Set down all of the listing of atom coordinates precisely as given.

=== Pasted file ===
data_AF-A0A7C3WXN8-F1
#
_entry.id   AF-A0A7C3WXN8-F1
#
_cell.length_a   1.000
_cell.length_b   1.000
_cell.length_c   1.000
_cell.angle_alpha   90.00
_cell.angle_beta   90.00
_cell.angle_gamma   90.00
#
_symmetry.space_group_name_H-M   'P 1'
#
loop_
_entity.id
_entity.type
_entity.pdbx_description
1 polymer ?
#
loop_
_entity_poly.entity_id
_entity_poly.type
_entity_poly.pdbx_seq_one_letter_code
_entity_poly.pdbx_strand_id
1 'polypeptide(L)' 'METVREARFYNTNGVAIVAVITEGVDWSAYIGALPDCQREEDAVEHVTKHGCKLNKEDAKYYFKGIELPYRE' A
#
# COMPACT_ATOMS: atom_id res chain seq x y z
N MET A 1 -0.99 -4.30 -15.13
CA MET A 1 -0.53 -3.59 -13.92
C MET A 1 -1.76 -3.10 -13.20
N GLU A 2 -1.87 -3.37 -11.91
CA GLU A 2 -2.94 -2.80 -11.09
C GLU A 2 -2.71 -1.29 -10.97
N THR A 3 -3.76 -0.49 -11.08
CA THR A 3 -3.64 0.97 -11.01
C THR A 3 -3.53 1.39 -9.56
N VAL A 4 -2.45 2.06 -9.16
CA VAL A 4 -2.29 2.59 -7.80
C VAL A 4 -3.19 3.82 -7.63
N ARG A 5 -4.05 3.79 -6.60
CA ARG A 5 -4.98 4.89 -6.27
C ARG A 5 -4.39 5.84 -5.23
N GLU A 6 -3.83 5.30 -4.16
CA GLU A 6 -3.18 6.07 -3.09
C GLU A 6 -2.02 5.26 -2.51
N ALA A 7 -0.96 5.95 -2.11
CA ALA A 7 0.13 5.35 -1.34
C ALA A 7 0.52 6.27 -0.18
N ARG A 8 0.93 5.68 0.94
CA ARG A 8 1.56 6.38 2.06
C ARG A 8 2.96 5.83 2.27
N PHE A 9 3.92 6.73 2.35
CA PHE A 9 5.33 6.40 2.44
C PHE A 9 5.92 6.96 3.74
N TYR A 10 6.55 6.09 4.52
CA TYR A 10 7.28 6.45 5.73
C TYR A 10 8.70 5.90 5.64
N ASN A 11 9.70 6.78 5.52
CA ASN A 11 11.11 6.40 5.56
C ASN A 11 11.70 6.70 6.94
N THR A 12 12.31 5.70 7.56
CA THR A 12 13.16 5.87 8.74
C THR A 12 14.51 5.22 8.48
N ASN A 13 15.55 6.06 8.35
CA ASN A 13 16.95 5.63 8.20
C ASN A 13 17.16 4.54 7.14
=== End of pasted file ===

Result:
data_AF-A0A7C3WXN8-F1
#
_entry.id   AF-A0A7C3WXN8-F1
#
_cell.length_a   1.000
_cell.length_b   1.000
_cell.length_c   1.000
_cell.angle_alpha   90.00
_cell.angle_beta   90.00
_cell.angle_gamma   90.00
#
_symmetry.space_group_name_H-M   'P 1'
#
loop_
_entity.id
_entity.type
_entity.pdbx_description
1 polymer ?
#
loop_
_entity_poly.entity_id
_entity_poly.type
_entity_poly.pdbx_seq_one_letter_code
_entity_poly.pdbx_strand_id
1 'polypeptide(L)' 'METVREARFYNTNGVAIVAVITEGVDWSAYIGALPDCQREEDAVEHVTKHGCKLNKEDAKYYFKGIELPYRE' A
#
# COMPACT_ATOMS: atom_id res chain seq x y z
N MET A 1 -0.99 -4.30 -15.13
CA MET A 1 -0.53 -3.59 -13.92
C MET A 1 -1.76 -3.10 -13.20
N GLU A 2 -1.87 -3.37 -11.91
CA GLU A 2 -2.94 -2.80 -11.09
C GLU A 2 -2.71 -1.29 -10.97
N THR A 3 -3.76 -0.49 -11.08
CA THR A 3 -3.64 0.97 -11.01
C THR A 3 -3.53 1.39 -9.56
N VAL A 4 -2.45 2.06 -9.16
CA VAL A 4 -2.29 2.59 -7.80
C VAL A 4 -3.19 3.82 -7.63
N ARG A 5 -4.05 3.79 -6.60
CA ARG A 5 -4.98 4.89 -6.27
C ARG A 5 -4.39 5.84 -5.23
N GLU A 6 -3.83 5.30 -4.16
CA GLU A 6 -3.18 6.07 -3.09
C GLU A 6 -2.02 5.26 -2.51
N ALA A 7 -0.96 5.95 -2.11
CA ALA A 7 0.13 5.35 -1.34
C ALA A 7 0.52 6.27 -0.18
N ARG A 8 0.93 5.68 0.94
CA ARG A 8 1.56 6.38 2.06
C ARG A 8 2.96 5.83 2.27
N PHE A 9 3.92 6.73 2.35
CA PHE A 9 5.33 6.40 2.44
C PHE A 9 5.92 6.96 3.74
N TYR A 10 6.55 6.09 4.52
CA TYR A 10 7.28 6.45 5.73
C TYR A 10 8.70 5.90 5.64
N ASN A 11 9.70 6.78 5.52
CA ASN A 11 11.11 6.40 5.56
C ASN A 11 11.70 6.70 6.94
N THR A 12 12.31 5.70 7.56
CA THR A 12 13.16 5.87 8.74
C THR A 12 14.51 5.22 8.48
N ASN A 13 15.55 6.06 8.35
CA ASN A 13 16.95 5.63 8.20
C ASN A 13 17.16 4.54 7.14